This post contains Amazon affiliate links. If you click on the links, we may earn a fee. There is no additional cost to you.
Camper tires require annual maintenance to ensure that your travels are safe. Annual maintenance also preserves the value of your camper. Take time to follow these simple maintenance tips to maintain your tires so that your vacation is not ruined by preventable issues.
One of the most important safety aspects of your camper is the tires. It is essential to know how to read the manufacture dates on tires. All tires manufactured since 2000 have a four-digit date code. Here is an example of where the code will be located on the tire. The first two numbers indicate the week in which the tires were manufactured and the second two numbers indicate the year. This tire was manufactured in the 33rd week of 2017.
In most cases, tires ruin because of dry rot or objects from the roadway. Do not wait for indications of worn tread to change your tires. Most manufacturers recommend that campers receive new tires every three to five years. Many times, when a tire blows on a travel trailer or fifth wheel, it damages the undercarriage of the trailer, creating holes in the floor of the camper.
Most trailer tires are manufactured in China. If you spend much time participating in RV forums, the term China Bombs is frequently mentioned. Many believe that factory tires are not manufactured well. Campers and Campfires recommends Goodyear Endurance tires because they are made in the United States and have an excellent track record.
When replacing tires, ensure that the load rating matches your camper’s weight. For example, the Goodyear Endurance D rated tire is an 8-ply tire rated for 2,150 pounds. If you have a dual axle trailer with four Goodyear Endurance Tires, the maximum weight of a fully loaded trailer should not exceed 8,600 pounds, or the 2,150 pounds times four tires. The Goodyear Endurance E rated tire has a maximum weight of 2,830 pounds. This indicates that four of these tires can handle a fully loaded trailer weighing 11,320 pounds.
It is essential to check the recommended maximum pounds per square inch (psi) for your tires, and to keep them properly inflated. Over or under inflation can lead to tire failure. Always know the maximum speed rating for your tires. Driving over your speed rating can also lead to tire failure.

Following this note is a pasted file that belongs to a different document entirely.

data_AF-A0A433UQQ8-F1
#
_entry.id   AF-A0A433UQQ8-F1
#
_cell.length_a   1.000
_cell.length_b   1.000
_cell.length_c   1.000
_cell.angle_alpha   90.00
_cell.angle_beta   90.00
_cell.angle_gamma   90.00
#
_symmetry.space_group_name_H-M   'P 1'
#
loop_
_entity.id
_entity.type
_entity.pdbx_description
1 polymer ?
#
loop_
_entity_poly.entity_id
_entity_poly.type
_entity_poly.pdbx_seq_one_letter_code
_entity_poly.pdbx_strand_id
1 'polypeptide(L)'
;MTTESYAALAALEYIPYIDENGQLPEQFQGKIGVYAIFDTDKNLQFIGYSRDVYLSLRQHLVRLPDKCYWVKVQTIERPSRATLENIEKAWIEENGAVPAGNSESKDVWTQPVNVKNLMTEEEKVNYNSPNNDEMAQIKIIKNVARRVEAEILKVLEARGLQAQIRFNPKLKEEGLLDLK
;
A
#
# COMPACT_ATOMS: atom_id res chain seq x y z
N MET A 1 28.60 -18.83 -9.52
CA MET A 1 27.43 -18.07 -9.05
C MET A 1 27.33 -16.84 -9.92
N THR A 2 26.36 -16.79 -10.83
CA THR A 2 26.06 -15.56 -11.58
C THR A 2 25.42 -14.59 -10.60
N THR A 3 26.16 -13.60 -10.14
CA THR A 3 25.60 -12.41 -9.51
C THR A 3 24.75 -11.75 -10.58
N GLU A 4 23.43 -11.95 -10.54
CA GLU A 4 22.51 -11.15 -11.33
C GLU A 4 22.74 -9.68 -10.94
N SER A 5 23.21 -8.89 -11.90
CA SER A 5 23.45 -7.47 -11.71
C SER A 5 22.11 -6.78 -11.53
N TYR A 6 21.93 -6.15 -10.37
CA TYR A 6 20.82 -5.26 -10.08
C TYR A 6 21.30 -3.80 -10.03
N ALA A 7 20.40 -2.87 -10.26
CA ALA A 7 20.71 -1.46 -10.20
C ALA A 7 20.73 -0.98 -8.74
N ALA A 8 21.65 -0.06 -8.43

There are several methods of prolonging the life of your camper tires. RVs tend to sit since they are not on the road every day, and as a result, they are subject to dry rot. Dry rot occurs when natural elements such as UV rays from the sun or fungus from dirt break down the tire rubber. This break down leads to structural damage such as cracks in the tire’s rubber. One inexpensive method of prevention is tire covers (Check them out on Amazon). The covers protect tires from environmental elements such as sun and ice. When ordering tire covers, measure the diameter of your tires and order the correct size. If you park your camper on dirt or grass it is best to place rubber mats (Check them out on Amazon) on the ground so that the tires do not touch the soil.
A sound tire monitoring system is recommended to ensure that your tires are safe while driving. Tire Pressure Monitoring Systems (TPMS) are relatively expensive, but they will pay for themselves very quickly. Campers and Campfires prefers the TireMinder Smart TPMS (Check it out on Amazon). TireMinder is easy to install and there are no problems with communication between the tires and the monitor. Less expensive options are available, but many of these systems have issues because they do not have the range required for a trailer. With many units, the tires on a trailer are too far away from the monitor inside your vehicle so they do not read accurately.
The TPMS system will monitor tire pressure as well as tire temperature. TireMinder has alarms built in if the temperature or pressure moves within dangerous limits. Also, the system will alert the driver if a blowout occurs. From experience, Campers and Campfires cannot stress the importance of tire monitoring because it is difficult to know when a tire on your trailer runs flat.
One aspect of tire safety that is often overlooked is the packing of wheel bearings. Wheel bearings on campers must be repacked or replaced on a regular basis. Most manufacturers recommend packing the wheel bearings annually or every 10,000-12,000 miles. Bearing failure is dangerous and can ruin the hub and axles of your trailer. Packing the wheel bearings is not hard, and many Youtube videos are available to teach camper owners.
Grease and rear oil seals are the main items to purchase when packing the bearings. Purchase grease (Check it out on Amazon) rated for use with wheel bearings. It is easiest to purchase your rear seals after you have removed them from the tires to ensure you buy the right size. The seals should be available at your local auto parts store. Bring an old seal into the store and they should be able to match it. While greasing the bearings, inspect them for wear and discoloration. If you see any wear or discoloration, go ahead and replace the bearings. Bearings are inexpensive and can be purchased at an auto parts store if needed.
Removing the rear oil seals from the hubs can be a difficult task. This video will help with the process. Do not worry that you will destroy the seals because they will be replaced. However, there are probably numbers on the seals so record the numbers first if possible.
Allot time for tire maintenance. Tires are one, if not the most critical aspect of safety while traveling. If neglected, they can severely damage your camper. A little time and preventative maintenance goes a long way and can save a great deal of money.
How do to keep your tires in top running condition? We would love to learn from you. Please drop us a line in the comment section below!